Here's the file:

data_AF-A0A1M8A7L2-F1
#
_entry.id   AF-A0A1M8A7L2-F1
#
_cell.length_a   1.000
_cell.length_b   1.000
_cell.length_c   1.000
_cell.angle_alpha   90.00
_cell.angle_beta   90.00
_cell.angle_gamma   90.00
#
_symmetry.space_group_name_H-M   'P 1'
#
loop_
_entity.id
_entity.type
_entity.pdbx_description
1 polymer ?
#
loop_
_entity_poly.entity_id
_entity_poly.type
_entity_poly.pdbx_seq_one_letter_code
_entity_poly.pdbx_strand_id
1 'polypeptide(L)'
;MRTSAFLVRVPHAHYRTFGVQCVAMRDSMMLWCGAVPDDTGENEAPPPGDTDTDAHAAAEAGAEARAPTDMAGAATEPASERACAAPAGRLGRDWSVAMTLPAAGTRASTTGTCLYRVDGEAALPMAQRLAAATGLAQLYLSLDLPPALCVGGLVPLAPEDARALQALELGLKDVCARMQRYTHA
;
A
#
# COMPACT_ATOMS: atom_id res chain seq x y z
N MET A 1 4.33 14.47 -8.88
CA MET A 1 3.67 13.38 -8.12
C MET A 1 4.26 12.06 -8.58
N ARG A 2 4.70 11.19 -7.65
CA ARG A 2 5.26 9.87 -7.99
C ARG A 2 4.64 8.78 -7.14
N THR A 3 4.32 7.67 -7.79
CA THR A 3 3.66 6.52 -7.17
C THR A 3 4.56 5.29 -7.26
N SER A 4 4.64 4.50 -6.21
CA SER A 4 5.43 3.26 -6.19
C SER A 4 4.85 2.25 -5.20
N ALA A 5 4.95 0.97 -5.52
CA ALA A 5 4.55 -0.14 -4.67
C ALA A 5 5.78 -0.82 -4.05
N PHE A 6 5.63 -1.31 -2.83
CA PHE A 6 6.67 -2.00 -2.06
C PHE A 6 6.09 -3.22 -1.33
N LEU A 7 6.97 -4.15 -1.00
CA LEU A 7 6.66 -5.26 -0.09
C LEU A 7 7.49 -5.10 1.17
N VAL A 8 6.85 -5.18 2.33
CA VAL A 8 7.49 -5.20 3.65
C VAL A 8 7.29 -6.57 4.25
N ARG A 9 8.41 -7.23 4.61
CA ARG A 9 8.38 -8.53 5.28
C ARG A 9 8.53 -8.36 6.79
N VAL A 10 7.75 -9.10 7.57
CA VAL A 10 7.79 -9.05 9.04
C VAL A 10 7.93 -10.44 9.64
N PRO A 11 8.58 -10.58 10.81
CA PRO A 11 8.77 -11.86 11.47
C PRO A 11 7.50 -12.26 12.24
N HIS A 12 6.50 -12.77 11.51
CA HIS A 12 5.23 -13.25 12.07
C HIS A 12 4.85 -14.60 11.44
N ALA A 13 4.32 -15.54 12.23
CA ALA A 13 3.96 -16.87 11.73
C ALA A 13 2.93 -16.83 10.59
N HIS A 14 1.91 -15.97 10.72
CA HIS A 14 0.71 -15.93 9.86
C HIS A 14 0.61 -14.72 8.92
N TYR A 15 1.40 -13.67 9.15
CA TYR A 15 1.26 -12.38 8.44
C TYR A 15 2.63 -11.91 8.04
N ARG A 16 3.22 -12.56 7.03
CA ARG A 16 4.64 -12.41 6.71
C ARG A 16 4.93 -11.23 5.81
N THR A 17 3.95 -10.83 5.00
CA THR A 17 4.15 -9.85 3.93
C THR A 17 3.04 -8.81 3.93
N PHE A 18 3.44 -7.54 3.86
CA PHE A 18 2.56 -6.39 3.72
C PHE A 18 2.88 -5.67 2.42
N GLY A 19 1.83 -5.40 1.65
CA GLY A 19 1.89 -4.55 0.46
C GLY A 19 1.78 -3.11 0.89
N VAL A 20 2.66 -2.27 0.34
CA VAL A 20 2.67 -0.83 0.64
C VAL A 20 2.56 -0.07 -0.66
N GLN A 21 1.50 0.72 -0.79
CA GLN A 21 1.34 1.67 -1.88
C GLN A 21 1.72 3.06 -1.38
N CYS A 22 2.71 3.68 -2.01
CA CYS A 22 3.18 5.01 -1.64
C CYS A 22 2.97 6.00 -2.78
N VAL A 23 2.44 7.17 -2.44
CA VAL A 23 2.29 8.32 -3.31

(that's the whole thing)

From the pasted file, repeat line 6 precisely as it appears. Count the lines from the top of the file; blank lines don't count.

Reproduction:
_cell.length_b   1.000